Highlight of the night:  Dave tends to be very demonstrative when rolling his dice.  Often he rolls the dice for firing with a loud "BANG!!" and with the usual result of a 1 or 2 ...rather than the expected 10.  Rather finding this silly, I suggested that he scares the dice with his loud scream and suggested he talk softly to them.  Sooo.. the very next roll he smooches them with kisses and soft purring of "I love you"  { yes he actually does these things. I lie not. }  And so rolls his one and I believe only 10 of the entire game.  Does he continue this sedate practice?  Heck, no.  Actually started using other, than the Soviet red dice, to make his rolls, to no greater effect.     Mind you, the group tends to blame you and you personally for any poor "shooting" i.e. random and unlucky low rolls, than the fates of the dice.  They like Armati and THAT is all dice so I should not expect less.  My bad....

Sunday, 16 November 2014

Napoleonic Saxon,Wurttemburg infantry completed

Ah, you say, there were no Saxon infantry in the Waterloo campaign buckaroo.  If you are trying [ed: wholly unsuccessfully]  to finish this one project before starting another,  why are you doing them?

Well, in a word: tartans.
I have but two more required elements to complete my Waterloo OOB. Yes, they are both Highland units.  Tartans are a pain in the... to do.  Rather have a tooth pulled.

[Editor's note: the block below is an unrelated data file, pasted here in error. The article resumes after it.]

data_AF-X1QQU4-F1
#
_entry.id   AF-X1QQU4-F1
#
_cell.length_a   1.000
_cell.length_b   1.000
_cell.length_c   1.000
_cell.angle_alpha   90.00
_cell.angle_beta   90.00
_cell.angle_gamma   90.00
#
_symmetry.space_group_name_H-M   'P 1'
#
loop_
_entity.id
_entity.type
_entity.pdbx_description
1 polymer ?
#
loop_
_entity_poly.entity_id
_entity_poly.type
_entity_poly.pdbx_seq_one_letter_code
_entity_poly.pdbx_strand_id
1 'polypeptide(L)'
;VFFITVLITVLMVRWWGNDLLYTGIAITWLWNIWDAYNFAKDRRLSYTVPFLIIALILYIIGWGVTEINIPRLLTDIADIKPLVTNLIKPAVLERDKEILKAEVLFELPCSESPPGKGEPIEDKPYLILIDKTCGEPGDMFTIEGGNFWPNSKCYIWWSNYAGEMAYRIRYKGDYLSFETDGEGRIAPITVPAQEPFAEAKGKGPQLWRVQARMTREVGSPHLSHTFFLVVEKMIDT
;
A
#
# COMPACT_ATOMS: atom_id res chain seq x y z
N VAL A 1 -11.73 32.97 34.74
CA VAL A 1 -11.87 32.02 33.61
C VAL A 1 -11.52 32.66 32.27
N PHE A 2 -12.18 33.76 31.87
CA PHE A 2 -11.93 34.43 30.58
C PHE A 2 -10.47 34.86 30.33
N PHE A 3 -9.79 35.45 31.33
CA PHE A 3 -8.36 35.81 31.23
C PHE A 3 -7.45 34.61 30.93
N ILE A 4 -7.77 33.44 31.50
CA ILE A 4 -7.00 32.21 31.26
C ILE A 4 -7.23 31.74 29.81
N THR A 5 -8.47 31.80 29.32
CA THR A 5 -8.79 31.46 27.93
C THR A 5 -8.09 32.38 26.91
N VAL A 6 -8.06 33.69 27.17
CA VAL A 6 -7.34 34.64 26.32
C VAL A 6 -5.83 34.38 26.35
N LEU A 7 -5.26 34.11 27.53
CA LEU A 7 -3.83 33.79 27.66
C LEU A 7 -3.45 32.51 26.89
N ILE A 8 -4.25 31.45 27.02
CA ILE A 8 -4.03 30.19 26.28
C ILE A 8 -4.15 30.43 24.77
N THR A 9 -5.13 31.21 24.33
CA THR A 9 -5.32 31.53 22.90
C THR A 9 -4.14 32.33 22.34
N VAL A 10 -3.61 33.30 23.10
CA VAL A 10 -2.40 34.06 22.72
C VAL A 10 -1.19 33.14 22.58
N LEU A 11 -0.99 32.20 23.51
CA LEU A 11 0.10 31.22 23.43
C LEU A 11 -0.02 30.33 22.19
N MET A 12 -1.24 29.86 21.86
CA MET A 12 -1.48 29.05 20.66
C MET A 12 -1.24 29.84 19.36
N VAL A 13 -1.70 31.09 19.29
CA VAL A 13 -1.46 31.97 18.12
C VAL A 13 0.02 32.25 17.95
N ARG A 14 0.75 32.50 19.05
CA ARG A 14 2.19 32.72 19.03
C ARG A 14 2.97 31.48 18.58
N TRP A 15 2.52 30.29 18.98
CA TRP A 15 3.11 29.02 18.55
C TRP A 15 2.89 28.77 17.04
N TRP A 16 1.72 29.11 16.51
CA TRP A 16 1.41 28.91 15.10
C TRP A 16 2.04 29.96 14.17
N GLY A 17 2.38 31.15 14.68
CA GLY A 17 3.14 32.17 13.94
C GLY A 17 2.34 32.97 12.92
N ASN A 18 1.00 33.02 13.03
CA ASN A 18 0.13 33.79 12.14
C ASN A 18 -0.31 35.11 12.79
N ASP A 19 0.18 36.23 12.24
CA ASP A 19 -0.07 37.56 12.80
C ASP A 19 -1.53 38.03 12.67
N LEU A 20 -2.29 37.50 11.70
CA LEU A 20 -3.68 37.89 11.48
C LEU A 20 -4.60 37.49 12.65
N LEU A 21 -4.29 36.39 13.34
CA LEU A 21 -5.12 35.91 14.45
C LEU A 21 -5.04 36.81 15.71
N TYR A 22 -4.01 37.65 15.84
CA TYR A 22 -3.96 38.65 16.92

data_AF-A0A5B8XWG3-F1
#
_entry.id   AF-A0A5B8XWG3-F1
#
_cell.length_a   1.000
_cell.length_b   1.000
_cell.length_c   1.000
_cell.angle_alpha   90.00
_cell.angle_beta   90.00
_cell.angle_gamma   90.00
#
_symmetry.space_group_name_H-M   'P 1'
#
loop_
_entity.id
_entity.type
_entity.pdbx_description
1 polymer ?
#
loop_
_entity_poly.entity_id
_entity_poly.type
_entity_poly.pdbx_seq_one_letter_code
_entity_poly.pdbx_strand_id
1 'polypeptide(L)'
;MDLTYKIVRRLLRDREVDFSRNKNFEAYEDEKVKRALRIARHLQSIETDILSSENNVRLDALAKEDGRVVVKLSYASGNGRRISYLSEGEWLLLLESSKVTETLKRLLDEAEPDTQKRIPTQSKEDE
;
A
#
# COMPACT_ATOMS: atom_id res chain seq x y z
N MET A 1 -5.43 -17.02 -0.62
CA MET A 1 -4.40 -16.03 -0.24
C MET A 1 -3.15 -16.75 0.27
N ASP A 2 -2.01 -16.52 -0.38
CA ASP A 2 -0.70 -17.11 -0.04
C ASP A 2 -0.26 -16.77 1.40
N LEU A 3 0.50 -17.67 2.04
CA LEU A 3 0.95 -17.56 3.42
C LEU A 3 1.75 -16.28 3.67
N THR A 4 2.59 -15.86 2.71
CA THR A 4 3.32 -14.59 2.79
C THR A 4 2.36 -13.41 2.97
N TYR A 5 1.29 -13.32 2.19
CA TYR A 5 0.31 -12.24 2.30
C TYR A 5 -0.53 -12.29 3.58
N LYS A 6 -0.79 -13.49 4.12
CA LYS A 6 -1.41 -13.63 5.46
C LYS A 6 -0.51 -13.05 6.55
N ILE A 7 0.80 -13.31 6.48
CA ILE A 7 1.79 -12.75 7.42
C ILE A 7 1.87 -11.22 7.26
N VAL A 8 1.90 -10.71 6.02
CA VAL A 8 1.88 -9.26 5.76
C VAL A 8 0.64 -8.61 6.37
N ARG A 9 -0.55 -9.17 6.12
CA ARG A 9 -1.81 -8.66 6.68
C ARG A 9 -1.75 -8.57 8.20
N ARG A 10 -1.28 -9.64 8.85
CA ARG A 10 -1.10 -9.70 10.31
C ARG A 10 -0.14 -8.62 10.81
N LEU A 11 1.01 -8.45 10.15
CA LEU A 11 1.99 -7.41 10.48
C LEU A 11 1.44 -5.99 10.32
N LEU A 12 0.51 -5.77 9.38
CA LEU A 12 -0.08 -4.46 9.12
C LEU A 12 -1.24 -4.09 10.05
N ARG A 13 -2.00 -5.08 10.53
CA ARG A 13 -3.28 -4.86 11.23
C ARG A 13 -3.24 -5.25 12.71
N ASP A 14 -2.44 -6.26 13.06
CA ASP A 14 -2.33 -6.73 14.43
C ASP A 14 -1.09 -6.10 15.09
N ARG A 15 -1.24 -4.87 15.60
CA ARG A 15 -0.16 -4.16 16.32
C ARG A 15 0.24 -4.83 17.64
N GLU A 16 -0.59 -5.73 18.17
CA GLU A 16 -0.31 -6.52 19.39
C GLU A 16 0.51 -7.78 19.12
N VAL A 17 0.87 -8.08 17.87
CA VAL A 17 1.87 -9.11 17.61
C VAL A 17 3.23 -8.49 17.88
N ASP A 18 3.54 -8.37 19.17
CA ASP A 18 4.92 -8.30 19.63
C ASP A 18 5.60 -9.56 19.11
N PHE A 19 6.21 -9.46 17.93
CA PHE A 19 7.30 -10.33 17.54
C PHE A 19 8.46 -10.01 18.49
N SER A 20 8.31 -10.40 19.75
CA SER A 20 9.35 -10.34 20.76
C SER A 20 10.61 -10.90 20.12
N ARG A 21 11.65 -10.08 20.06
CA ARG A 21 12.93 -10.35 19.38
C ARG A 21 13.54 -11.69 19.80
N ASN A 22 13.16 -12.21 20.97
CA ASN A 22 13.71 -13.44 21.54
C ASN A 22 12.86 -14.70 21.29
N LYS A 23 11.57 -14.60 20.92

So I am looking for diversions.  Being in grey overcoats and for the most part covered shakos, they proved fairly quick to do and, well, I will be needing them. Eventually.

I previously posted their construction
see: construction of the Saxon infantry

The painted result is thus:

The flags are cut out of an old edition of Wargamer Illustrated article on the topic.

I have also worked the 1813 version of Wurttemburg infantry with them having abandoned the crested helmet for a version of the twin-peaked Austrian style shako.  The figures are Perry Austrians having the correct belting.  The shako was modified by removing all the cockade and oakleaves adding a plastic piece cut for the badge and painting on the other details.
The roll on the pack was removed as it looked too Austrian [they folded the greatcoat/blanket over rather than rolling it].  In 15mm, maybe not an issue. In 28mm, noticeable. Also the distinctive Austrian canteen was removed. Oh and the tunic was modified by removing the top buttons from under the cross belts to allow for the half-lapel worn represented by again, painted-on details. Not  much work really.  yeah.....
Wurttemburg infantry.  Love the pink! With the lighter blue used, very charming lads!

With the massive losses of Russia, I will need only the two elements of Wurttemburg infantry for any of the 1813 campaign battles.

 OK, yes I should really finish the Highlanders, but with all the boys starting on their Russian corps, and to added to the Russian artillery I have done,  I thought I would do some of the Generals to get me going on this new emphasis. Terrain work to be done yet. [Old Glory riders on old Front Rank horses]

Tuesday, 28 October 2014

new units for Waterloo

Painting being steadily done to complete Wellington's army for Waterloo.
The Hanoverians made up a large contingent both with their Field and Militia contingents but also with the old veterans from Hanover who had formed the King's German Legion.
While the red caps are quintessential look of the Hanoverian infantry, there is debate about their use.  I tend to go with the look than the authentic.  If that was not the case, the uniforms would be much, much dirtier.  The yellow of the officer's sash and the white rolls has them identifiable on the table as, well, not British. 
The Hanoverian contingent in the field with the KGL line and lights in the fore forming the first of the "brigades"
The KGL artillery and Light Dragoons in the rear